Beyond the map

By snurfson / Posted on 08 March 2011

A crossover between art and geography

To many of us maps conjure up topographies of our world and topological surveys of countries or continents that serve a purpose of cartography or perhaps of propaganda. Yet aside from the additional aesthetical quality inherent in the artistry of these beautiful crafted maps, they also pertain a seductive element for any undomesticated imagination.

Let me just begin by saying that the attraction of the pictorial mathematical geography of the world is an inexhaustible and boundless one for any human being that holds a fascination with traveling and mapping. And should there be the odd habit of mapping out your rural locale or metropolis you ought to take a look at the works listed below where the crossover between art and geography is indisputably apparent.

In 1940, the Army Corps of Engineers commissioned a cartographer, Harold N. Fisk to make a map of the various courses the Mississippi River has taken over time. He showed each course in a different color, to show when and how they happened.

Each color represents the geological route the river had taken throughout the centuries and the concept of how sensitive is the role of the environment in shaping the relationship of man and land; whether that is an ecological and geological process, graphic representation, and ideological or philosophical implication of reconstruction.

The result of this enormous body of work is simply unworldly in many levels. The visual impact from the aesthetic point of view of the work is impressive and it just goes to show that from mundane tasks beautiful works of art can surface and come to define, alter and view how we perceive the world. You can view online the entire volume of the continuous path of the Mississippi River here. You must download the geological plates in order to view the plates.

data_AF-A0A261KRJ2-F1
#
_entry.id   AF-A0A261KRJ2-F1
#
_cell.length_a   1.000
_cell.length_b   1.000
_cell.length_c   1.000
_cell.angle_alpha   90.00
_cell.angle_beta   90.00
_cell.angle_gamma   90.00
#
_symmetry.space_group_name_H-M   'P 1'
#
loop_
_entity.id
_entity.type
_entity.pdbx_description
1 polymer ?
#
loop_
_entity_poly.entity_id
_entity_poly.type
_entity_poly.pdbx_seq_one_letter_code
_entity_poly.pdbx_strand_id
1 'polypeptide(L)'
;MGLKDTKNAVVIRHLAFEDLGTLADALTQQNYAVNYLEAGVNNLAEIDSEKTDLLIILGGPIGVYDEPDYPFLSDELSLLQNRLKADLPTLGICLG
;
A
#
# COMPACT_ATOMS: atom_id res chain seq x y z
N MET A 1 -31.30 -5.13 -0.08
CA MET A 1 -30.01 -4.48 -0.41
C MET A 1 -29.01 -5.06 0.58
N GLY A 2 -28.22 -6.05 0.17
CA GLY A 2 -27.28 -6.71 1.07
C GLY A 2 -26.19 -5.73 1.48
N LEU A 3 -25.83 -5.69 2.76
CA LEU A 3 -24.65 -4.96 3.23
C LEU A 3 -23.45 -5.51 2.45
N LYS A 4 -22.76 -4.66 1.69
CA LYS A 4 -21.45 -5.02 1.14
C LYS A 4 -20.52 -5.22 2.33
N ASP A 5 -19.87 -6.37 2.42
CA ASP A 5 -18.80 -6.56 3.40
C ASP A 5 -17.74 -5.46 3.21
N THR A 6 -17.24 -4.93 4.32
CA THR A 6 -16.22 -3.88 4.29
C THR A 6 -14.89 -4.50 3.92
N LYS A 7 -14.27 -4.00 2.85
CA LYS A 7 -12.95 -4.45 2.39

There are 4 Comments about this post

  1. Leila Salisbury says,

    We have a project for which this would make a wonderful book cover! Would you mind emailing me the information on where these prints are housed so we can investiage getting images and permission?
    Many thanks!


    on 29 March 2011 / 4:53 PM

    • snurfson says,

      Hello there! You can find the images in the US Army Corps of Engineers. Here is the link to the web page: http://lmvmapping.erdc.usace.army.mil/index.htm In order to view the images of the river you must download the ‘Fisk 44 Oversized Plates Rectified’
      Thank you for visiting our blog!


      on 31 March 2011 / 2:40 PM

  2. allison leach says,

    Can you buy this map and if so where? Would it be suitable for framing? it is absolutely beautiful


    on 17 May 2011 / 12:14 AM

    • snurfson says,

      That’s a great project! You can download these images from the link above which is open source so no charge.

      Make sure you download the ‘Fisk 44 Oversized Plates Rectified’ to get these particular plates and I’m sure you can get these printed and framed locally.

      Would be nice to see the end result!

      Thank you for visiting.


      on 17 May 2011 / 7:03 AM


Do you have something to say?